In the first reading, the Apostles had an encounter with an angel of the Lord, who opened the doors of the prison, led them outside, and then said, “Go and take your place in the temple area, and tell the people everything about this life.” They did this, teaching and sharing with the people in fulfillment of this broad mandate, even after being jailed.
I imagine that thoughts of leaving the scene quietly and escaping also passed through their minds. Should we count on another miraculous event of deliverance if they come get us again? But the Apostles went on living in the light. That took courage – accepting freedom meant continuing to live in tension. The angel did not deliver them from the world full of threats, which would still have been there if they had fled. This life is punctuated with challenges that simply cannot be eliminated; we have to do our best to live in the midst of them.
I read stories this week about the experiences of prisoners of war during their captivity. In the midst of very cruel treatment, their love for one another and their faith got them through it. One man commented that “courage is only fear that has said its prayers.” That is such a powerful observation – how often during the Lenten journey did we encounter our fears and our need to be released from them! And do we have the courage to go and take our place, to live in the light, like the Apostles did in this story? Maybe if our fear says its prayers, we can.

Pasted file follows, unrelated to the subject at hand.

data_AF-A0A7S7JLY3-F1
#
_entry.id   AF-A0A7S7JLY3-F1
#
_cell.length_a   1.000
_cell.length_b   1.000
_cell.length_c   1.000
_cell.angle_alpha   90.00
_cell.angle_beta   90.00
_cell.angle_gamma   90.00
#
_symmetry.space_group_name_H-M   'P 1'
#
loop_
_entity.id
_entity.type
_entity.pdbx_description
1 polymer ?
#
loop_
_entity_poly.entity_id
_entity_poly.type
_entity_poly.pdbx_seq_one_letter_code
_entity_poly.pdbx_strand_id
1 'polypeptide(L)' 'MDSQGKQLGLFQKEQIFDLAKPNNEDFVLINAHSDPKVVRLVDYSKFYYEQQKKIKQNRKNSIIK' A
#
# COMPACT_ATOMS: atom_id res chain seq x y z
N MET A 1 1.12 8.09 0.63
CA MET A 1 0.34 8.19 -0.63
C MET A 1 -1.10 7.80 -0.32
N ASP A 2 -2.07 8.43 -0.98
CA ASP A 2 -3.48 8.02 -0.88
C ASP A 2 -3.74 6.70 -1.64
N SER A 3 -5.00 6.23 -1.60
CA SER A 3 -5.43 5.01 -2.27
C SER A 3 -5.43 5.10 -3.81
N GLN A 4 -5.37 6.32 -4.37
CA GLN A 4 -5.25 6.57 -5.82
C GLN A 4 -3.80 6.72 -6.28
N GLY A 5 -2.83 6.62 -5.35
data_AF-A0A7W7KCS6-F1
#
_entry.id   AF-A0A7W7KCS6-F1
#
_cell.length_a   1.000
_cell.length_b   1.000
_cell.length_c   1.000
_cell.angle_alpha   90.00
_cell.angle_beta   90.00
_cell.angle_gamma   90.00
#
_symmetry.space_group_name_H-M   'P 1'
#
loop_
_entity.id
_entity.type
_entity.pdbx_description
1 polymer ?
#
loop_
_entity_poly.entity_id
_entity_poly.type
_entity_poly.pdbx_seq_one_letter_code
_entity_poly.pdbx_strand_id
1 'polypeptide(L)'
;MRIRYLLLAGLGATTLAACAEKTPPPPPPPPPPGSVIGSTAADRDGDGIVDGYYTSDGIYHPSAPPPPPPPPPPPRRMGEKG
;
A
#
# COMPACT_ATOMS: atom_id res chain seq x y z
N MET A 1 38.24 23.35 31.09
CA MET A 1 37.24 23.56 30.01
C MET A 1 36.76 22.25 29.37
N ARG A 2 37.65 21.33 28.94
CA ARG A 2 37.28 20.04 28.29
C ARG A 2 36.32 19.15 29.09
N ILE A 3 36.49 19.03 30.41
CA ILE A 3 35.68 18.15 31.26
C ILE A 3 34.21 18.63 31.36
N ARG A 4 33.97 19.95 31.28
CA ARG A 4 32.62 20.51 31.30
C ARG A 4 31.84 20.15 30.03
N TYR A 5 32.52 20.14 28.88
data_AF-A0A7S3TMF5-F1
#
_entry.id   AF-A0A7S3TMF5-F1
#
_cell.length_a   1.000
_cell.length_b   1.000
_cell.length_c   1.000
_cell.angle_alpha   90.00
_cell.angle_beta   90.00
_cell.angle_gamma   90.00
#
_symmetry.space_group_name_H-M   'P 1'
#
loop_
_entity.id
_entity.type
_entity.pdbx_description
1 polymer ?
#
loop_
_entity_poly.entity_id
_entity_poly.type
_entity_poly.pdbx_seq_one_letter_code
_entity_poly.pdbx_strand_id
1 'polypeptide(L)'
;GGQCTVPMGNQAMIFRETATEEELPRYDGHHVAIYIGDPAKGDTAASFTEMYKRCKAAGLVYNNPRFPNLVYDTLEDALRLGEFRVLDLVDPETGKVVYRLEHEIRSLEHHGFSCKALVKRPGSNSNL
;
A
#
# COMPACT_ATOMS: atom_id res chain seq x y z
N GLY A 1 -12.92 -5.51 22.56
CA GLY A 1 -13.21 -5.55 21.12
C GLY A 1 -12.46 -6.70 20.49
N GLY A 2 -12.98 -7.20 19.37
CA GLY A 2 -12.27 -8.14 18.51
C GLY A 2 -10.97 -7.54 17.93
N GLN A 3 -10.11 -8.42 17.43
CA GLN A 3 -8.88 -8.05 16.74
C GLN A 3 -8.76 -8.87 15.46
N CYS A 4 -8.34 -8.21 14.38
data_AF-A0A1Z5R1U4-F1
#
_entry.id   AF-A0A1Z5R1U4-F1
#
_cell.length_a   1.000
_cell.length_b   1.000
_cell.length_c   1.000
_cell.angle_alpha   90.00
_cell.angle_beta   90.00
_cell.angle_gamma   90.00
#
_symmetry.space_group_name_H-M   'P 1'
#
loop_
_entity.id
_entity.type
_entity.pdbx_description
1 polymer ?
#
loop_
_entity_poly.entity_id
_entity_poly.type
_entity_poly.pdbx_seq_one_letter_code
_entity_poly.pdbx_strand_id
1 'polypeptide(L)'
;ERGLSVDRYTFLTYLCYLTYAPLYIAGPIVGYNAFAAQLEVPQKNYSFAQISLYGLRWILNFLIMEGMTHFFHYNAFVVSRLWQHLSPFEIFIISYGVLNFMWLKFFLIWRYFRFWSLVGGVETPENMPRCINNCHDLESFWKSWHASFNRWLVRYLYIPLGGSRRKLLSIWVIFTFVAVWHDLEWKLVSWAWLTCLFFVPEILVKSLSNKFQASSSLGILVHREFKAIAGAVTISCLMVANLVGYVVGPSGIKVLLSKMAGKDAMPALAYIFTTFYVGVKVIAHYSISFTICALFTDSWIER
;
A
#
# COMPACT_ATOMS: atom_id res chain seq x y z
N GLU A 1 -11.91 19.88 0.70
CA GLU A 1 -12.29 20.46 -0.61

Unfortunately, the high priest and his companions provide a counterexample, as jealousy and fear seem to be motivating forces for them to continue on the path of suppression. Despite encountering miraculous events, they could not get their minds around the possibility that they might be on the wrong side of the work that God was doing. Fear and jealousy (which must be a close cousin to fear) have the power to blind and bind us in ways that seem puzzling when we are observing them from outside. But when we are under their power, that can be hard to see, indeed.
The Gospel reading for today illustrates that same tension of living in light. Jesus tells Nicodemus about the way of salvation, which was rooted in God’s act of love in sending his Son. The act of love reflected in the incarnation of our Lord, his life, death, and resurrection, is a witness of light. We judge ourselves, in a sense, by our reaction to that light. Will we suppress the light because of fear? Or come to live in the light in spite of our weaknesses and fears? Alas, we hold onto many false comforts because of our sins, which we think we cannot bear to give up. May God grant us faith and courage so that we can draw near to him and live in the light. Thanks be to God.
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